How to choose among the applications for children

The majority of so-called educational digital applications would not offer real learning opportunities for toddlers, says an American study. Currently, there is no standard regulating the use of the term “educational content” to describe the applications available for tablets or smartphones. Moreover, from a scientific point of view, we still know very little about the effects of these applications on the development of the child, the researchers remind us. It can be difficult for a parent to determine whether an application is educational or not.

The authors of the study established 5 criteria to evaluate the educational potential of an application:

– The application requires a real mental effort and limits passive activities such as repetitive scanning of the screen. The kids academy talented & gifted programs can be considered.

– The child can therefore be actively involved when using the application.

– The child can concentrate without being distracted by sound effects and pop-up windows.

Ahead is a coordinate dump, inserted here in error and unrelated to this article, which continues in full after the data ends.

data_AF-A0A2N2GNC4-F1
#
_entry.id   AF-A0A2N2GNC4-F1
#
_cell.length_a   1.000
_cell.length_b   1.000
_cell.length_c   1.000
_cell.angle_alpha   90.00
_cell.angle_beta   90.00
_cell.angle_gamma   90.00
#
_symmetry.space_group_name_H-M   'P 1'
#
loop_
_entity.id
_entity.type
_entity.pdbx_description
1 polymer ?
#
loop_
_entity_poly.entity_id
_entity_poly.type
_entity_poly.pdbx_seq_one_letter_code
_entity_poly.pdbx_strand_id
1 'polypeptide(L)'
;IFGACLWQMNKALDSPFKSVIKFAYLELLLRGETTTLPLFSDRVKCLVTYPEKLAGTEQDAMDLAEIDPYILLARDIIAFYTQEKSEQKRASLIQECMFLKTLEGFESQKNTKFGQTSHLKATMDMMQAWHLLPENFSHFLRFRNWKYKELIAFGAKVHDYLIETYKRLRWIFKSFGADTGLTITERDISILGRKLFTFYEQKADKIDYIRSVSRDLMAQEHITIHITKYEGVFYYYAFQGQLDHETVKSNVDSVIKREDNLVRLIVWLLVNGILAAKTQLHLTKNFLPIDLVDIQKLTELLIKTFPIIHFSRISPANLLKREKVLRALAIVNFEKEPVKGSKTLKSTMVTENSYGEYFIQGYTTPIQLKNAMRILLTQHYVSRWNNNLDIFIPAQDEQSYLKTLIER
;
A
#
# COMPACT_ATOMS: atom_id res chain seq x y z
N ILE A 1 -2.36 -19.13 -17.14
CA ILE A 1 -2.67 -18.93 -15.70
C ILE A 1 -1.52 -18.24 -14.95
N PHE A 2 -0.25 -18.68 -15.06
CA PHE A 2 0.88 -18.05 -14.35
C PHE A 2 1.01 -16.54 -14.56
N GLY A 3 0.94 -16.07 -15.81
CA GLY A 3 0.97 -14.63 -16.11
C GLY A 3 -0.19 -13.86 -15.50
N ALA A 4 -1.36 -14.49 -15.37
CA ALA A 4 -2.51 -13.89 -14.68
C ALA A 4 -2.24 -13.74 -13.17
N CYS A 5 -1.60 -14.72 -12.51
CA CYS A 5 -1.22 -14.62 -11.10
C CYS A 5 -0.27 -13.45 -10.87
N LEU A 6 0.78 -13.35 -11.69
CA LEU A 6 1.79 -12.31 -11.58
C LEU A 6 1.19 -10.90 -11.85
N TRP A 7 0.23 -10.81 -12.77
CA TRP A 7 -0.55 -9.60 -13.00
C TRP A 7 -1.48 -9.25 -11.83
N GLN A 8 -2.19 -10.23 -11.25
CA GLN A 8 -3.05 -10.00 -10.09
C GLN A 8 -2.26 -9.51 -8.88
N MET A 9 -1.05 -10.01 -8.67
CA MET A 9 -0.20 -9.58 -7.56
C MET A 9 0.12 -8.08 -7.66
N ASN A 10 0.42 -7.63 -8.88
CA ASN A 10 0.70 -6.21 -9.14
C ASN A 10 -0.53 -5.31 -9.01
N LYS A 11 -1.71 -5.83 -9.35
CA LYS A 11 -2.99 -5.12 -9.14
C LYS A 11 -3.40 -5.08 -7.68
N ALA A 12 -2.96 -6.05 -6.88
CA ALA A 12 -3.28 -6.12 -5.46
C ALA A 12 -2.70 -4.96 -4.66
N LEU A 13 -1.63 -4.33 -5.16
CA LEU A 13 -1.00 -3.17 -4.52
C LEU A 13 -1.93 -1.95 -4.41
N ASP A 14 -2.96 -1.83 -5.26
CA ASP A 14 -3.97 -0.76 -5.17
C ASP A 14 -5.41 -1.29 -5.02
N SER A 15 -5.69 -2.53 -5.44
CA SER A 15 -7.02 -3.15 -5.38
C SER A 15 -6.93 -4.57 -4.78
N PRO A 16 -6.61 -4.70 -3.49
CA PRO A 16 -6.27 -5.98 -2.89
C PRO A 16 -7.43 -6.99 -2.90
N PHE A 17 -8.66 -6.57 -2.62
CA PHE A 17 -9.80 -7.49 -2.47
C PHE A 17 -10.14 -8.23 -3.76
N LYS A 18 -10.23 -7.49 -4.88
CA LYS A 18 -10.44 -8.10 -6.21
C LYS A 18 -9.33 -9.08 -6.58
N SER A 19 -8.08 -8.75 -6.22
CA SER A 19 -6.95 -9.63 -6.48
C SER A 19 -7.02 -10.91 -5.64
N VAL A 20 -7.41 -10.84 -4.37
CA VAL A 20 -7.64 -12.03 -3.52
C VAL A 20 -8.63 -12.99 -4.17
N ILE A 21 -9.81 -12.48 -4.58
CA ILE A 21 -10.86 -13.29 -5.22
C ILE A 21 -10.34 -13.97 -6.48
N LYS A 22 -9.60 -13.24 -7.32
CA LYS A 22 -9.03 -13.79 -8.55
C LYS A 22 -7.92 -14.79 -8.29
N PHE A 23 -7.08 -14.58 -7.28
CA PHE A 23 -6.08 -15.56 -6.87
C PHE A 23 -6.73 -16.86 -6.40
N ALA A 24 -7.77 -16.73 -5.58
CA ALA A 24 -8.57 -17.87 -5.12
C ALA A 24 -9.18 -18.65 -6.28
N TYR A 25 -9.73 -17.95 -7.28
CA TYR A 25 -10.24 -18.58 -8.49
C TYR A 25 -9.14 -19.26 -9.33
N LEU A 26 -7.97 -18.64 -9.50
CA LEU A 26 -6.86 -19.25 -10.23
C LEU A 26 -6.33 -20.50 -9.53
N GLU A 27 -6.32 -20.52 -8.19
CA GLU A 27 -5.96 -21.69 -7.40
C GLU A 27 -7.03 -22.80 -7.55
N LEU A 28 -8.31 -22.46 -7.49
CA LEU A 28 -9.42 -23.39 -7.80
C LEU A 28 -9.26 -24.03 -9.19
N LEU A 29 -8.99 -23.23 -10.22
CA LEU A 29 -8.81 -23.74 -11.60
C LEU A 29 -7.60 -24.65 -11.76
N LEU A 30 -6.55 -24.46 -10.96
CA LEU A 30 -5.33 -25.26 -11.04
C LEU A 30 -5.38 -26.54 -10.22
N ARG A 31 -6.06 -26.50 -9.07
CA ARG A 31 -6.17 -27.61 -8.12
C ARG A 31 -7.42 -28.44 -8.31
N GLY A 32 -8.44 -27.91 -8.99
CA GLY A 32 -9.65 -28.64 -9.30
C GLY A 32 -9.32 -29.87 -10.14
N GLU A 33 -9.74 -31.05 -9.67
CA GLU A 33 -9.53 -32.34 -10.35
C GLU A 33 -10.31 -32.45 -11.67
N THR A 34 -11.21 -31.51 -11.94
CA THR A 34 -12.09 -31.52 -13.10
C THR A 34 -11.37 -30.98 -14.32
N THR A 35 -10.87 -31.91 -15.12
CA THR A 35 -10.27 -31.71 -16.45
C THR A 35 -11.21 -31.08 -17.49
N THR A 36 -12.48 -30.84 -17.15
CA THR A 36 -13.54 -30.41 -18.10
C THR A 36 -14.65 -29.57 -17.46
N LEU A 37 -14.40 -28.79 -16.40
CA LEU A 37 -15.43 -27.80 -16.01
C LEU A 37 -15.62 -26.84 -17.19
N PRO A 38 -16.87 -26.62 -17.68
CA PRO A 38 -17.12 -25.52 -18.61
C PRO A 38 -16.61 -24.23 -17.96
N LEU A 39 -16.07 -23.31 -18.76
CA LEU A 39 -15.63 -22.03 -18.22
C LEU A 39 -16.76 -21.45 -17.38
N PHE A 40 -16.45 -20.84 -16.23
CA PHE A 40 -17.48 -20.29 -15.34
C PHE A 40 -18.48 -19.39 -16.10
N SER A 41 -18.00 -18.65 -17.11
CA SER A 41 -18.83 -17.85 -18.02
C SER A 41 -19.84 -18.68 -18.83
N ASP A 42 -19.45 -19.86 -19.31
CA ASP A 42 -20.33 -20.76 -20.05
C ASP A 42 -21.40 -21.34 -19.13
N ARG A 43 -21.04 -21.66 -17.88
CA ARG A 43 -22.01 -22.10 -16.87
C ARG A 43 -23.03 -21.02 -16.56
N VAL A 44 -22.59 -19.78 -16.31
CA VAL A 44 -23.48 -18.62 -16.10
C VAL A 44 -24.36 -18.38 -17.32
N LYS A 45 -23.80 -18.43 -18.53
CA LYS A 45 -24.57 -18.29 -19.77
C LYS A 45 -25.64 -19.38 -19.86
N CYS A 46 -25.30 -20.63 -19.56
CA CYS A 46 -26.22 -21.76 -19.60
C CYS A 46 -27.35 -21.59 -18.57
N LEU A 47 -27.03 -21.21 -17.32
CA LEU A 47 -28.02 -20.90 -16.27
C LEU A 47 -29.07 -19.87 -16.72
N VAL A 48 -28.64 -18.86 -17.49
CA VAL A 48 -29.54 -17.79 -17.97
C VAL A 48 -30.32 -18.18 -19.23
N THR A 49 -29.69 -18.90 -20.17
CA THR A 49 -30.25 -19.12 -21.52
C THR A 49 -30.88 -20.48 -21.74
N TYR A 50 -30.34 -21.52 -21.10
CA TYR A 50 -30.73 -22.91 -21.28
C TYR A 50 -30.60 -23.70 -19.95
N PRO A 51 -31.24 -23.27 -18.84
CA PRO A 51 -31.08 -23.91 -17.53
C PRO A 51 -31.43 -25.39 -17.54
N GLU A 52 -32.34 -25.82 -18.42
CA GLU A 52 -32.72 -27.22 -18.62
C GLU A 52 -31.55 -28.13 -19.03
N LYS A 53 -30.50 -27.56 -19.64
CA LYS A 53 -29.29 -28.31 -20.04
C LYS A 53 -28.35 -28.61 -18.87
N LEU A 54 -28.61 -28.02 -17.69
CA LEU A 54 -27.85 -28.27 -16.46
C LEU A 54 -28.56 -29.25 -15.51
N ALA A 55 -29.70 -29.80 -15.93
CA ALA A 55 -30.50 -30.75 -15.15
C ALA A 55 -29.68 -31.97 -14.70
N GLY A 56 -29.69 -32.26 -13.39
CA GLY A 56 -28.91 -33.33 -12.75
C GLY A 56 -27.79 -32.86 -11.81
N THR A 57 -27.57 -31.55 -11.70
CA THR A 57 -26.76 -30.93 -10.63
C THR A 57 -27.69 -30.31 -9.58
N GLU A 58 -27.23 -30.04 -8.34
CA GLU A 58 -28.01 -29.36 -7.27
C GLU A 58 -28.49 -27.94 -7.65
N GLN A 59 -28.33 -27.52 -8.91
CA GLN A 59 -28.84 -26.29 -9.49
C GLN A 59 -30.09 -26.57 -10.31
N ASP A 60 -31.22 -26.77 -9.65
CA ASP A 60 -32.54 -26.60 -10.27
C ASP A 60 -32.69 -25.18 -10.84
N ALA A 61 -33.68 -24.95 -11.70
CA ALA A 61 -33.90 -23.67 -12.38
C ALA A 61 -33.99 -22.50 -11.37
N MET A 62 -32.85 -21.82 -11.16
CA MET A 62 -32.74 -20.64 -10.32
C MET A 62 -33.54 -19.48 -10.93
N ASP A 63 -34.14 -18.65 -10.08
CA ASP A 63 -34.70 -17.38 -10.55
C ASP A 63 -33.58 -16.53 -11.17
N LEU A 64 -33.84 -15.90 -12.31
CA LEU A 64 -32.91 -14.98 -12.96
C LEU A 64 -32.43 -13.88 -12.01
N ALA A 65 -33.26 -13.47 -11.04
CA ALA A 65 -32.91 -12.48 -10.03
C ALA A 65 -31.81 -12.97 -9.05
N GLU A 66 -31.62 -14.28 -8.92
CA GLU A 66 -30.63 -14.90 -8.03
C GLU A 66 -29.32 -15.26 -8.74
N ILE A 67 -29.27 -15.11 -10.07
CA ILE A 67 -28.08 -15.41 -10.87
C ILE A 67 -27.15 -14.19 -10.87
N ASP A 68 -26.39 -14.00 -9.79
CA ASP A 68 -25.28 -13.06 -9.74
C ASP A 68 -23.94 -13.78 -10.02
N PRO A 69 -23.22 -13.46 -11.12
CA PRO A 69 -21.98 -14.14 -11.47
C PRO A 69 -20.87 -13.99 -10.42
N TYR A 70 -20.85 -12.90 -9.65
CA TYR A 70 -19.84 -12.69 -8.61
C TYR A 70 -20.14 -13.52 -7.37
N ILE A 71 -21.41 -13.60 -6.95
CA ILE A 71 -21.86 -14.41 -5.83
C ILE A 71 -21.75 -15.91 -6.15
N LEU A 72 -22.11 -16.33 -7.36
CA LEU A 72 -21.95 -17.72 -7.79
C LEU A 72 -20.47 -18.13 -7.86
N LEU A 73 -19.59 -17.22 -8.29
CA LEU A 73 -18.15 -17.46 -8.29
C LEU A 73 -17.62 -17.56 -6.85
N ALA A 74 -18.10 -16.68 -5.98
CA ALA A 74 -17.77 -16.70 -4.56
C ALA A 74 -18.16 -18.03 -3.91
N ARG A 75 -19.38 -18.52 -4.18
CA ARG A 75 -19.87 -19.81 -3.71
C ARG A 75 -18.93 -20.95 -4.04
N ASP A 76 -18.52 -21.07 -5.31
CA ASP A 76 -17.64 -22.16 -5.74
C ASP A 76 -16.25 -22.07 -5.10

– The child can make connections between his environment and the information presented in the application. It guides his exploration, but allows him to make his discoveries in his own way without imposing a way of thinking. For example, an application that prompts him to photograph triangular objects will be more conducive to learning than an application where the child simply identifies a triangle among other shapes.
– The app encourages social interaction, with real people, through discussion, conversation or competition. Some applications offer the possibility to work in groups on a drawing or enigma. Others encourage the child to discuss with his parents new things he has learned using the app.

However, there is no harm in letting a child have fun with a non-educational app on occasion, the researchers say. Parents should be aware, however, that even so-called educational applications can’t replace other more challenging activities like pretending with a friend or reading with an adult. The recommendations on the screen time also apply in the same way for these applications as for television or video games.

The screen time

According to the Canadian Sedentary Behavior Guidelines for Early Childhood, children 2 to 4 years old should not spend more than 1 hour per day in front of a screen and 5 years and older, not more than 2 hours. As for children under 2, they should not be exposed to screens.

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